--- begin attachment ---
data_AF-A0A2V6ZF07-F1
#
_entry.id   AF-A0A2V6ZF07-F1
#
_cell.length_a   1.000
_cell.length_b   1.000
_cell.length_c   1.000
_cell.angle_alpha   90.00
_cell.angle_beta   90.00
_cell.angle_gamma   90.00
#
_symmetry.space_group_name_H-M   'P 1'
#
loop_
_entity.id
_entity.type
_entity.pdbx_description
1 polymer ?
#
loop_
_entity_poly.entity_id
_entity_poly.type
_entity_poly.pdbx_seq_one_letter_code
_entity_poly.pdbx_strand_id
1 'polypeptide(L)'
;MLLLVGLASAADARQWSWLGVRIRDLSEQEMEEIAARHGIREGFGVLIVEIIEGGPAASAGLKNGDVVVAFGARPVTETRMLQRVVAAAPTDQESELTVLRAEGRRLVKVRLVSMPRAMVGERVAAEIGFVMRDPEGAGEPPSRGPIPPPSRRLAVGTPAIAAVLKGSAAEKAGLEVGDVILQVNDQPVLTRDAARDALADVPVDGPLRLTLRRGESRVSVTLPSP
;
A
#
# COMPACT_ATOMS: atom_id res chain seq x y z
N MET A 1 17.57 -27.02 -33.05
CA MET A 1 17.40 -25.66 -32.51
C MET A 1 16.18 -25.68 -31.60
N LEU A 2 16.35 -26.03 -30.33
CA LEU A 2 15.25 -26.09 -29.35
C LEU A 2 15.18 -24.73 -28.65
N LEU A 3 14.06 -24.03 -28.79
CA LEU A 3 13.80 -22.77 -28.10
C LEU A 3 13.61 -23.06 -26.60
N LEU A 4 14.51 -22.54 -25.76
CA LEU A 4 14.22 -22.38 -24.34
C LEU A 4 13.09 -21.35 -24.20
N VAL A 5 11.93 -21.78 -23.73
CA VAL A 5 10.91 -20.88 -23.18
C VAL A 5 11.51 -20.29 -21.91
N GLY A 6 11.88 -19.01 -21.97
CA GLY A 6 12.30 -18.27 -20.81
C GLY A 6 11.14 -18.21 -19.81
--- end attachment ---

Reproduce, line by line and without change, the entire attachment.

data_AF-A0A2V6ZF07-F1
#
_entry.id   AF-A0A2V6ZF07-F1
#
_cell.length_a   1.000
_cell.length_b   1.000
_cell.length_c   1.000
_cell.angle_alpha   90.00
_cell.angle_beta   90.00
_cell.angle_gamma   90.00
#
_symmetry.space_group_name_H-M   'P 1'
#
loop_
_entity.id
_entity.type
_entity.pdbx_description
1 polymer ?
#
loop_
_entity_poly.entity_id
_entity_poly.type
_entity_poly.pdbx_seq_one_letter_code
_entity_poly.pdbx_strand_id
1 'polypeptide(L)'
;MLLLVGLASAADARQWSWLGVRIRDLSEQEMEEIAARHGIREGFGVLIVEIIEGGPAASAGLKNGDVVVAFGARPVTETRMLQRVVAAAPTDQESELTVLRAEGRRLVKVRLVSMPRAMVGERVAAEIGFVMRDPEGAGEPPSRGPIPPPSRRLAVGTPAIAAVLKGSAAEKAGLEVGDVILQVNDQPVLTRDAARDALADVPVDGPLRLTLRRGESRVSVTLPSP
;
A
#
# COMPACT_ATOMS: atom_id res chain seq x y z
N MET A 1 17.57 -27.02 -33.05
CA MET A 1 17.40 -25.66 -32.51
C MET A 1 16.18 -25.68 -31.60
N LEU A 2 16.35 -26.03 -30.33
CA LEU A 2 15.25 -26.09 -29.35
C LEU A 2 15.18 -24.73 -28.65
N LEU A 3 14.06 -24.03 -28.79
CA LEU A 3 13.80 -22.77 -28.10
C LEU A 3 13.61 -23.06 -26.60
N LEU A 4 14.51 -22.54 -25.76
CA LEU A 4 14.22 -22.38 -24.34
C LEU A 4 13.09 -21.35 -24.20
N VAL A 5 11.93 -21.78 -23.73
CA VAL A 5 10.91 -20.88 -23.18
C VAL A 5 11.51 -20.29 -21.91
N GLY A 6 11.88 -19.01 -21.97
CA GLY A 6 12.30 -18.27 -20.81
C GLY A 6 11.14 -18.21 -19.81